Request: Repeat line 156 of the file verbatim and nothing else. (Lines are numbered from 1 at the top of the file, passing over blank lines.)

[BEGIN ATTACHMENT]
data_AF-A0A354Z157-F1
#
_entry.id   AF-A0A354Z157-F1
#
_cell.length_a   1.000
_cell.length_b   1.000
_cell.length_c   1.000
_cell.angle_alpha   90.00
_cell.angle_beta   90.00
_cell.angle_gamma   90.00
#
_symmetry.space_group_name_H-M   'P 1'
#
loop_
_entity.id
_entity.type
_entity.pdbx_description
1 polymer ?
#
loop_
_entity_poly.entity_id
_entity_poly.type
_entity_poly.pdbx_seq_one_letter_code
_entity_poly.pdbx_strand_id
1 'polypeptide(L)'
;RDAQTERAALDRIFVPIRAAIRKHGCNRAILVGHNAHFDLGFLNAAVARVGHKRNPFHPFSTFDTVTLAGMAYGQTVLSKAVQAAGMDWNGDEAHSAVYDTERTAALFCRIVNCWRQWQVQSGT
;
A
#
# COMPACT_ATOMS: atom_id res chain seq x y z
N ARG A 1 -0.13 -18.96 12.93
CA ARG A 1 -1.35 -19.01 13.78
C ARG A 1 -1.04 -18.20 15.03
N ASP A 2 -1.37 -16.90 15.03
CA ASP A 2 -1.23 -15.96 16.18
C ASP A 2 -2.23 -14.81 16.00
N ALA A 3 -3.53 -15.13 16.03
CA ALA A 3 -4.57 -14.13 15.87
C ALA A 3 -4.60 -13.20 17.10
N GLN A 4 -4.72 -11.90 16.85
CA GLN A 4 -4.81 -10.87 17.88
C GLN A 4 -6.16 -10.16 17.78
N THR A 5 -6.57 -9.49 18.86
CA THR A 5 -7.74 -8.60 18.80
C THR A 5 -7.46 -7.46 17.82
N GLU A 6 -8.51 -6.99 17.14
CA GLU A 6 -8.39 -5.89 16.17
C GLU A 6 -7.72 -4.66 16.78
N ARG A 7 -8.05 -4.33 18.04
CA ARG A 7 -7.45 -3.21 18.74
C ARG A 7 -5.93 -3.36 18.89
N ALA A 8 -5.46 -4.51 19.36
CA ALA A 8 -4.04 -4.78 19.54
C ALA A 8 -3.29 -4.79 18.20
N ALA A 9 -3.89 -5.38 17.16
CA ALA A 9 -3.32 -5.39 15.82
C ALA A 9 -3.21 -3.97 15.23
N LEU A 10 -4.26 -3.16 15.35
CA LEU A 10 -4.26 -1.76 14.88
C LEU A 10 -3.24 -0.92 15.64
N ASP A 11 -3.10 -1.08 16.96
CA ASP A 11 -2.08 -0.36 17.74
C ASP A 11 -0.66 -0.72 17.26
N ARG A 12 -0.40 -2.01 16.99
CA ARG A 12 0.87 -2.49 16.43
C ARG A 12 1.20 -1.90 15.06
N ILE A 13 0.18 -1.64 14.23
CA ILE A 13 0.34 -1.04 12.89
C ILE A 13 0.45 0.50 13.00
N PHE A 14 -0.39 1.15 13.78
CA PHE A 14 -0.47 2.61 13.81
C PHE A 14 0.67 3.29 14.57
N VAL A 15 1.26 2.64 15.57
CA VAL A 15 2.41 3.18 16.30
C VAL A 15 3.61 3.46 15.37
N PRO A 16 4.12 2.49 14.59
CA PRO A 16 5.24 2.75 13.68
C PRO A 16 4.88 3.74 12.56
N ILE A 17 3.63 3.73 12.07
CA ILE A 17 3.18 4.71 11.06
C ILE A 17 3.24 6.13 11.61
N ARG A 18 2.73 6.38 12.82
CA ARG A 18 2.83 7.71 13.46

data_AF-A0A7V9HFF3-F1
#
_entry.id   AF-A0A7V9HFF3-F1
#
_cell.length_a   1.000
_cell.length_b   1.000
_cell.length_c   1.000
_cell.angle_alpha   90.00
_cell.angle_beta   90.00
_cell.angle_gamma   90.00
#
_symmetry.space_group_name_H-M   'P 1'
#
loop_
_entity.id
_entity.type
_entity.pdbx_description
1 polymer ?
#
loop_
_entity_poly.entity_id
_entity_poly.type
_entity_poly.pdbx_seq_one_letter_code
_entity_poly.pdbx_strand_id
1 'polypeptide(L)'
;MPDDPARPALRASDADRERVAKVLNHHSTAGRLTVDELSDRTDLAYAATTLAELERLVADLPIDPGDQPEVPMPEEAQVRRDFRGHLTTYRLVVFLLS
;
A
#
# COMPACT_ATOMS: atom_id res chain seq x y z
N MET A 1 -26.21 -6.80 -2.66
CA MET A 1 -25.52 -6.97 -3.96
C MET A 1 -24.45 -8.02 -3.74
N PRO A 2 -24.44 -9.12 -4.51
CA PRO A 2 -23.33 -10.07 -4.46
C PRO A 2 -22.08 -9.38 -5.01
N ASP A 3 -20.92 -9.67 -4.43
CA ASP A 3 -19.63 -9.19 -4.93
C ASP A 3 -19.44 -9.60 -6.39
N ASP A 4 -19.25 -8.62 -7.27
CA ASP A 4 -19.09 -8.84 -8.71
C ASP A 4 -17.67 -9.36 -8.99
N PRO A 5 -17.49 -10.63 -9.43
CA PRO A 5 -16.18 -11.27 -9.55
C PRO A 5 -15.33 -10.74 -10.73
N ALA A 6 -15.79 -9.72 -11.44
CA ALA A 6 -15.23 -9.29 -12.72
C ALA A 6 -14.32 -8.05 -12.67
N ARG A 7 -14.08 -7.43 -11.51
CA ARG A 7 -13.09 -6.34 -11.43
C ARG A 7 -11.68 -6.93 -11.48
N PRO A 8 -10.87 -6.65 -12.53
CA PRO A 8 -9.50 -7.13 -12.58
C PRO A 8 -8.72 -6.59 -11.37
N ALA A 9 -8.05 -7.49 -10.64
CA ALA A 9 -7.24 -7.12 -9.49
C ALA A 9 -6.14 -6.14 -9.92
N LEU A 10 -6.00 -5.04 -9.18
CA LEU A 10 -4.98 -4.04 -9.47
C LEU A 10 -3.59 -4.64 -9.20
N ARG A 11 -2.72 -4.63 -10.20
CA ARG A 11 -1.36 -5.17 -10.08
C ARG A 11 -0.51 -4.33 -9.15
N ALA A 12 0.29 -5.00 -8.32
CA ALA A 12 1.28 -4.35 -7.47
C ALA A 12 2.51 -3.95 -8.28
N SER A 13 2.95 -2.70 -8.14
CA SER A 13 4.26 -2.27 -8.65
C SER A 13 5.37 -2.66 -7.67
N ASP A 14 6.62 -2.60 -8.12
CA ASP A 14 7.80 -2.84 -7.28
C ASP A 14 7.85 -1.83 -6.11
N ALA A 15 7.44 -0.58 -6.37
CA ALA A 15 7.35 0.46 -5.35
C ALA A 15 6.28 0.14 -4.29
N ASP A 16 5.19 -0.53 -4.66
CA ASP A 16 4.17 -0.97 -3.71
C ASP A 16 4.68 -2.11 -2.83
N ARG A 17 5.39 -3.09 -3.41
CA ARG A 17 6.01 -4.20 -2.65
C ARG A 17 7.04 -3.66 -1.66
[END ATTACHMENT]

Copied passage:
N ALA A 15 7.44 -0.58 -6.37